One of the most popular trends raising questions for Stonington rental property owners is whether or not to allow tenants to keep chickens. Keeping chickens has become a popular activity in recent years, even for urban neighborhoods. Although the grounds for this popularity vary, numerous people do it with notions like producing their own food or keeping insect populations under control. Both of these factors are certainly advantages of keeping chickens, but there are several risks you must understand, too. In this manner, you can more confidently decide what to say when your tenant asks to keep chickens on your rental property.
Not all municipalities are chicken-friendly. Even though some areas allow residential neighborhoods to keep chickens in their yards, some do not. As a property owner, it’s imperative to identify your local ordinances and explain them properly to your tenant. Or else, they may not believe it is vital to follow local laws and retain forbidden animals on the property, thus exposing both of you to the risk of fines and legal troubles.
At least, most chickens will need a clean and secure chicken coop, as well as fencing and a run. If your rental property doesn’t now have a fence and a coop, your tenant will generally need to create one. Even though some chicken coops can be very nice, there’s no guarantee that the one your tenant will build will be. Plus, if your tenants decide to leave, and even if they take the coop with them, you’ll be faced with dead and damaged landscaping where the coop formerly stood.
One more hazard that chickens pose is that chicken droppings are a potential biohazard. Chicken poop is dirty, nasty, and commonly gets tracked everywhere, including inside the house itself. Furthermore, chicken droppings can carry diseases that can put the health of you and your tenants at risk.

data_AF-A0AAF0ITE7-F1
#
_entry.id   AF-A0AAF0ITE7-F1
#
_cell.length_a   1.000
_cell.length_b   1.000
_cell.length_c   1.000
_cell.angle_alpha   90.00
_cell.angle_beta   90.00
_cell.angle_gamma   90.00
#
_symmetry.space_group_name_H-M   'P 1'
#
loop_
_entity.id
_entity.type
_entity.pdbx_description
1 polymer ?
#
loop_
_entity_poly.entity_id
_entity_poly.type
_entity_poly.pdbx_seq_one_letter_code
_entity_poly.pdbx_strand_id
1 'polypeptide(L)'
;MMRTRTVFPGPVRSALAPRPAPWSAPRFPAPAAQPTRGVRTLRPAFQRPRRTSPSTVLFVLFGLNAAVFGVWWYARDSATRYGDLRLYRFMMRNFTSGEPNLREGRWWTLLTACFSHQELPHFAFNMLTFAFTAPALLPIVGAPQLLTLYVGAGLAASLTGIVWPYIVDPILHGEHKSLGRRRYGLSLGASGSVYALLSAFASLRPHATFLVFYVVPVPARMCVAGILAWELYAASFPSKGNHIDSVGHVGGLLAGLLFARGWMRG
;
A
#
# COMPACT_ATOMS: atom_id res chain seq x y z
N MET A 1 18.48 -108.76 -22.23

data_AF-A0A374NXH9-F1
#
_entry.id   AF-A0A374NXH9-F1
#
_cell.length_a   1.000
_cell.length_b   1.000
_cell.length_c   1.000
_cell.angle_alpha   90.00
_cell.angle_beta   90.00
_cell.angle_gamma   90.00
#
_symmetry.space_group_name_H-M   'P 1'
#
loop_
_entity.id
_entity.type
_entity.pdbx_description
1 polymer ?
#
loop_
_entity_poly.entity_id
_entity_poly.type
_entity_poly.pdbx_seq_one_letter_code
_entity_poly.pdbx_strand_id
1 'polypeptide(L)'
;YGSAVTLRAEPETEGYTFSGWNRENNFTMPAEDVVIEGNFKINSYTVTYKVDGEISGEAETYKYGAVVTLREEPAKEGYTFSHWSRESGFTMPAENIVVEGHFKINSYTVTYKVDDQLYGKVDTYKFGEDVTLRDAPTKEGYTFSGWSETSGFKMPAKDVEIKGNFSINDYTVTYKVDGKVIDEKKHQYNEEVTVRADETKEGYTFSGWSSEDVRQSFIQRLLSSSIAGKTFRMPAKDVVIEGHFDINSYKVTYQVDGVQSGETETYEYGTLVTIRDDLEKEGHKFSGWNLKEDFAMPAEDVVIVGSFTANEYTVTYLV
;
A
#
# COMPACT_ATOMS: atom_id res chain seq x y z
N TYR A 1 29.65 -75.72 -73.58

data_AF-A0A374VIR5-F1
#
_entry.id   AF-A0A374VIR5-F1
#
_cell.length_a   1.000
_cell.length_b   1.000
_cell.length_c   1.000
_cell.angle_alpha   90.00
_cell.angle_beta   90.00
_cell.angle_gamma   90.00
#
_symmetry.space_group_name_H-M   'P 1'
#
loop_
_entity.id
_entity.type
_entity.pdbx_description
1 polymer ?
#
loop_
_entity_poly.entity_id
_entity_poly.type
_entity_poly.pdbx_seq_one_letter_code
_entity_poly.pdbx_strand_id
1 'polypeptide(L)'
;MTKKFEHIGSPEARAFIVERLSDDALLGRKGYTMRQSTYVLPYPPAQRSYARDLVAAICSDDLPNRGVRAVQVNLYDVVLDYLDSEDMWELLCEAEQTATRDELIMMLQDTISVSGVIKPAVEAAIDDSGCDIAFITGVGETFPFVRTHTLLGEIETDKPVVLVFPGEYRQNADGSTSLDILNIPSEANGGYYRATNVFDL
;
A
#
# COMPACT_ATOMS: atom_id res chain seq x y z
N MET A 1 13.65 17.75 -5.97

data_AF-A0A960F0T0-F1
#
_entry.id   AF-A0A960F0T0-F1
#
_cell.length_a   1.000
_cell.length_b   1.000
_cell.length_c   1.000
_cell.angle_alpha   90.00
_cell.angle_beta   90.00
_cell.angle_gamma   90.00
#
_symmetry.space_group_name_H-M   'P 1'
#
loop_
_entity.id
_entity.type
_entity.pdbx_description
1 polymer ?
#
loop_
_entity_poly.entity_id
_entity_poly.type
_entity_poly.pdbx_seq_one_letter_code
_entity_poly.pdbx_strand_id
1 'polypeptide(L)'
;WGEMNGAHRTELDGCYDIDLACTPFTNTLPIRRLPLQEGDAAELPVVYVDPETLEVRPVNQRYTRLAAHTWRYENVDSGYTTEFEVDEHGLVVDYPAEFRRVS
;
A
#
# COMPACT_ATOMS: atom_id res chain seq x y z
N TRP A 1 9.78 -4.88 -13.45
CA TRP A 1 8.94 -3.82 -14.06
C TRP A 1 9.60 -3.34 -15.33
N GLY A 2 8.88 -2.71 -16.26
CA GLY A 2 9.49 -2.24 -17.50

Attract Rodents and Predators
Rodents and other pests are opportunistic feeders. That implies they will be attracted to areas where food is convenient and abundant. Rodents love chicken coops for this basis. Not only will rodents be drawn to the chicken feed, but they may also come for the chicken eggs or even the chickens themselves. This is particularly relevant for wild animals or even domesticated cats and dogs. If an owl, neighborhood stray, or even your neighbor’s beloved pet sneaks into your rental yard, the resulting massacre won’t be a nice experience.
One more problem with keeping chickens is the noise. Chickens can be very loud, even hens. Chickens create a wide variety of loud sounds that could potentially upset a close neighbor. If your rental property’s yard isn’t pretty big, those loud birds could cause a nuisance or, in other scenarios, even violate noise ordinances.
Even though a couple of cases of tenants successfully keeping chickens, the hazards aren’t worth it for most property owners. Indeed, every circumstance and rental property is not the same, so picking wisely for you and your tenants is necessary.
Do you want help fielding tenant requests for animals, pets, or other stuff? Our Stonington property managers can assist you! Contact Real Property Management Hartford Metro/Greater New London for more information on how we help rental property owners like you keep your tenants happy and protect your investment simultaneously.
We are pledged to the letter and spirit of U.S. policy for the achievement of equal housing opportunity throughout the Nation. See Equal Housing Opportunity Statement for more information.